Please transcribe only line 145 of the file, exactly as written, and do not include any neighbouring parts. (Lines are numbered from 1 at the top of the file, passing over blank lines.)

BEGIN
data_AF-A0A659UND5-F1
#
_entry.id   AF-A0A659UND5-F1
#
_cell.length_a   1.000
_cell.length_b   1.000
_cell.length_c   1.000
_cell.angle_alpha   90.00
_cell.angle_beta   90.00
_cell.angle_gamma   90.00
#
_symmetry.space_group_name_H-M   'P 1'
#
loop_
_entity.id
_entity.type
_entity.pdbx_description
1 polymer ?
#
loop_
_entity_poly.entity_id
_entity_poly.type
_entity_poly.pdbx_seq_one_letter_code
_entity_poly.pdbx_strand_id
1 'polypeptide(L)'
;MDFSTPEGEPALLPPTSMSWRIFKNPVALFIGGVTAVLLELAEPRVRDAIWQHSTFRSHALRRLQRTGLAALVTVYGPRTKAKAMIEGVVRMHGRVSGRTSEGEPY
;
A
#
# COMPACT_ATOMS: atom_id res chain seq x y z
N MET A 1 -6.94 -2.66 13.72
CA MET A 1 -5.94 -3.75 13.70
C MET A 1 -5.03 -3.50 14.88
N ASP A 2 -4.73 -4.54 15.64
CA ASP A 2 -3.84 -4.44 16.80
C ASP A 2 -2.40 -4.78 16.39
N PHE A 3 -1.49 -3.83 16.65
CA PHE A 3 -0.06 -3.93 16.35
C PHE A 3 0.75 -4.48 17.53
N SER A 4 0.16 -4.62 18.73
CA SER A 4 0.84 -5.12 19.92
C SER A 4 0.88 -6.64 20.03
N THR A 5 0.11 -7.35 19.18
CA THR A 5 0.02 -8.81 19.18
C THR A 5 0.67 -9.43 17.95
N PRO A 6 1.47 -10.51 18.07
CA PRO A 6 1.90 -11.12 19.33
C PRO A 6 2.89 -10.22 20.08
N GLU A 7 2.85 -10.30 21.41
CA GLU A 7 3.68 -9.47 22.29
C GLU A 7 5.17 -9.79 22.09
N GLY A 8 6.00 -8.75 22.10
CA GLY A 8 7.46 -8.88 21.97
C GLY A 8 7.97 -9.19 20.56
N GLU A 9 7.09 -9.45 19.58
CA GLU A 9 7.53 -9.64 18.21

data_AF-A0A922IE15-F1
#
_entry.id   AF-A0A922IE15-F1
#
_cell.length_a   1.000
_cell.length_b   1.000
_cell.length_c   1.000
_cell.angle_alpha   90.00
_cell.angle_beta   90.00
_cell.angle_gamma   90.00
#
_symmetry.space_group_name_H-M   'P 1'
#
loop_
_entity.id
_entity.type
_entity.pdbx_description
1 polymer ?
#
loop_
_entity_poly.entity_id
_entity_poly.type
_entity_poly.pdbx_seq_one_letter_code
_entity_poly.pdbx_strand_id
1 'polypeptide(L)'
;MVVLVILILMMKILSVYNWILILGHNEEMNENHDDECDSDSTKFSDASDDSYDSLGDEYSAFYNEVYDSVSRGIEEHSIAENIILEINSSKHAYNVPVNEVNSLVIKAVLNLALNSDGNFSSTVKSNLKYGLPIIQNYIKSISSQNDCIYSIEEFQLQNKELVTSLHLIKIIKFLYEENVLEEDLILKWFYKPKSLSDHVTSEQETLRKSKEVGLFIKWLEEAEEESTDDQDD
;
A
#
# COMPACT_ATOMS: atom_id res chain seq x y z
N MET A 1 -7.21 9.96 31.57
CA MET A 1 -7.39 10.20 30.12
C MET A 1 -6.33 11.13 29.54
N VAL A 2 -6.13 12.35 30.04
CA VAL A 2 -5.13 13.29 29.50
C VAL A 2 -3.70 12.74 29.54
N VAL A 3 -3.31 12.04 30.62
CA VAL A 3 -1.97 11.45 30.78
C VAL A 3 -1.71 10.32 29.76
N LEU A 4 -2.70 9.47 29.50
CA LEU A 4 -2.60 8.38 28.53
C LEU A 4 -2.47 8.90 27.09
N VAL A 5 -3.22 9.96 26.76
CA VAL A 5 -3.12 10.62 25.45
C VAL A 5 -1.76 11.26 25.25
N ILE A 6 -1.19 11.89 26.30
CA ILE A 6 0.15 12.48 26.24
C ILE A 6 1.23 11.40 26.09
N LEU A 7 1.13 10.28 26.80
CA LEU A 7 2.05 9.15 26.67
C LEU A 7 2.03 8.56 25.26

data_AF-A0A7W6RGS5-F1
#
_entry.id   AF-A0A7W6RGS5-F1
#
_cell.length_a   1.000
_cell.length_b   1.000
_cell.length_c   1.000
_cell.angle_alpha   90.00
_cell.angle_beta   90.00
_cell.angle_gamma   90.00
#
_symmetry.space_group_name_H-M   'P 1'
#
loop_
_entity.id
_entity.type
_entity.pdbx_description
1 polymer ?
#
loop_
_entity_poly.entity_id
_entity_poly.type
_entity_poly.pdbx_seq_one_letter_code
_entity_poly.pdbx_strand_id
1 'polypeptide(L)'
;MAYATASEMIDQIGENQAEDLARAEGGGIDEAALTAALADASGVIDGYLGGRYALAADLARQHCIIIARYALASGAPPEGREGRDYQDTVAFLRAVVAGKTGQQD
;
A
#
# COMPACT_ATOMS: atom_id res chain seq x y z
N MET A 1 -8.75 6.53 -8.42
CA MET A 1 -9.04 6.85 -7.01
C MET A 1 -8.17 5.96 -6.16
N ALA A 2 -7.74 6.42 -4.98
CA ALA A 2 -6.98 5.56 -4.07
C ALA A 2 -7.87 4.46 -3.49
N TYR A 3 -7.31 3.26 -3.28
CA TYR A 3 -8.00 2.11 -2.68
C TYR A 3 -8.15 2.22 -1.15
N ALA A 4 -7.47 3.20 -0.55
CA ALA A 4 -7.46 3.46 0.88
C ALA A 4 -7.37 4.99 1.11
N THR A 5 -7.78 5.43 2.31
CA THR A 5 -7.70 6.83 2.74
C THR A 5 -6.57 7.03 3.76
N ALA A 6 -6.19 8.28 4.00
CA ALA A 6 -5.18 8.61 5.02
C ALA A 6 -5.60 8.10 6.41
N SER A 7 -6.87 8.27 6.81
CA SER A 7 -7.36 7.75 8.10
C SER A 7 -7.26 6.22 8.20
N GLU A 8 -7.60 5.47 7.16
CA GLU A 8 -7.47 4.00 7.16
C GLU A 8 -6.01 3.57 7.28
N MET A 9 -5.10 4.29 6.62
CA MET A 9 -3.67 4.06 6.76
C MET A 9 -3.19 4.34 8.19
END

CA TYR A 3 -8.00 2.11 -2.68